In July, Karen Jean Reed ’90, a music therapy major, was honored with the President’s Award at the Southern California First Ecclesiastical Jurisdiction Church Of God in Christ 50th State Women’s Convention, held in Palm Desert, California. She also was nominated for the 50 Women of Excellence honor for her exemplary service and outstanding achievement in music and administrative service in local, church, district, regional, and state positions. Reed has excelled in music as a gospel saxophonist and in women’s ministry. She was recognized for exemplary service by Barbara McCoo Lewis, the assistant general supervisor of the Church of God in Christ International. Reed serves as the assistant regional missionary for the Santa Barbara region and also works with youth. Professionally, she is a program director at the Department of State Hospitals-Coalinga, overseeing the treatment of sexually violent predators. She is the author of “Music is the Master Key.”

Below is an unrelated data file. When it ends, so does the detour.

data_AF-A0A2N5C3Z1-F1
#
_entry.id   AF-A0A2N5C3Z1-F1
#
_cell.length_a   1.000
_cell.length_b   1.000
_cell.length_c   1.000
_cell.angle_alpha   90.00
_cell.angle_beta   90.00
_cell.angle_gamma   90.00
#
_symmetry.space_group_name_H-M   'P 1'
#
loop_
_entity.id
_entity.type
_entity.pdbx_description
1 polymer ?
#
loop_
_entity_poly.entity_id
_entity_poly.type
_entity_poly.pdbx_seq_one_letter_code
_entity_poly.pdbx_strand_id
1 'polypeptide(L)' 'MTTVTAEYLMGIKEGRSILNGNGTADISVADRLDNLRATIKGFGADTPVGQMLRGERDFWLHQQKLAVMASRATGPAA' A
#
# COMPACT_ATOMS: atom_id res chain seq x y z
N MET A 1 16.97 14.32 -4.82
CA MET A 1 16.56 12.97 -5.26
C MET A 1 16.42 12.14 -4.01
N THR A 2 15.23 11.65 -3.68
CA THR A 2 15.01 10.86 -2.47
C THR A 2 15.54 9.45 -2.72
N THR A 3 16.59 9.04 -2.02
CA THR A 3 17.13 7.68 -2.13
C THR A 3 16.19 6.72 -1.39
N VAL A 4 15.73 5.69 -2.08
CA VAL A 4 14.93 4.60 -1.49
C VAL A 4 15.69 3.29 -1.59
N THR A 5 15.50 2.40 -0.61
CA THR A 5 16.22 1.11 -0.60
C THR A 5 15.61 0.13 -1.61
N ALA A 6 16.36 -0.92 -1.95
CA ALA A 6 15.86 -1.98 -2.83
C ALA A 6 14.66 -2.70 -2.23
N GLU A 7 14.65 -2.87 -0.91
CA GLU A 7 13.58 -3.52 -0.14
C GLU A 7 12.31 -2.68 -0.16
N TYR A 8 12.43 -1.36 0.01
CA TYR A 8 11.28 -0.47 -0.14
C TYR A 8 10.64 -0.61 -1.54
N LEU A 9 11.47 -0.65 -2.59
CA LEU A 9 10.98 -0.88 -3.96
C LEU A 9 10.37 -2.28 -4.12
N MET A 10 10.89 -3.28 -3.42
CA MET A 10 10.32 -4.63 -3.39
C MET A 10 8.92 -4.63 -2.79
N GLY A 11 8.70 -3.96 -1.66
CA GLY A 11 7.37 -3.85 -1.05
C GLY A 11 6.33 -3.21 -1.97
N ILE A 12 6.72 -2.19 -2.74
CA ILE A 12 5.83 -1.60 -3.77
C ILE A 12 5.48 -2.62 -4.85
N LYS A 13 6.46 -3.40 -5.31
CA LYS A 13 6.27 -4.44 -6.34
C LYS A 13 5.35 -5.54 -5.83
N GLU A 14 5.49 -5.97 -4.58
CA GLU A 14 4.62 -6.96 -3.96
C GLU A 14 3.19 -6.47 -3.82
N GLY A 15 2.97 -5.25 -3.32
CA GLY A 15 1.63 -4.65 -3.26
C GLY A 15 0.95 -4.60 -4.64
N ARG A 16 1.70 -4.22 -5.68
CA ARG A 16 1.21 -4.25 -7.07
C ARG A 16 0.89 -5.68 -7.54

Nancy Palmer ’91 joined the Minnesota Reading Corps September Institute and tutors students in kindergarten through third grade.
1992 | 25-year reunion Homecoming 2017
Scott Peterson ’92 has accepted a call to be the pastor at Lutheran Church in the Foothills in La Cañada, California. After living in Canada for more than 17 years, Peterson has returned to the U.S. to continue ministry within the Evangelical Lutheran Church in America.
Chad Shilson ’93 is the Minnesota women’s wrestling director for USA Wrestling. He has completed his 100th marathon and qualified for his fourth Boston Marathon. Marathon running has taken him to 36 states, including 29 states in the past two years. A dedicated daily runner, Shilson has run at least one mile per day for more than six years.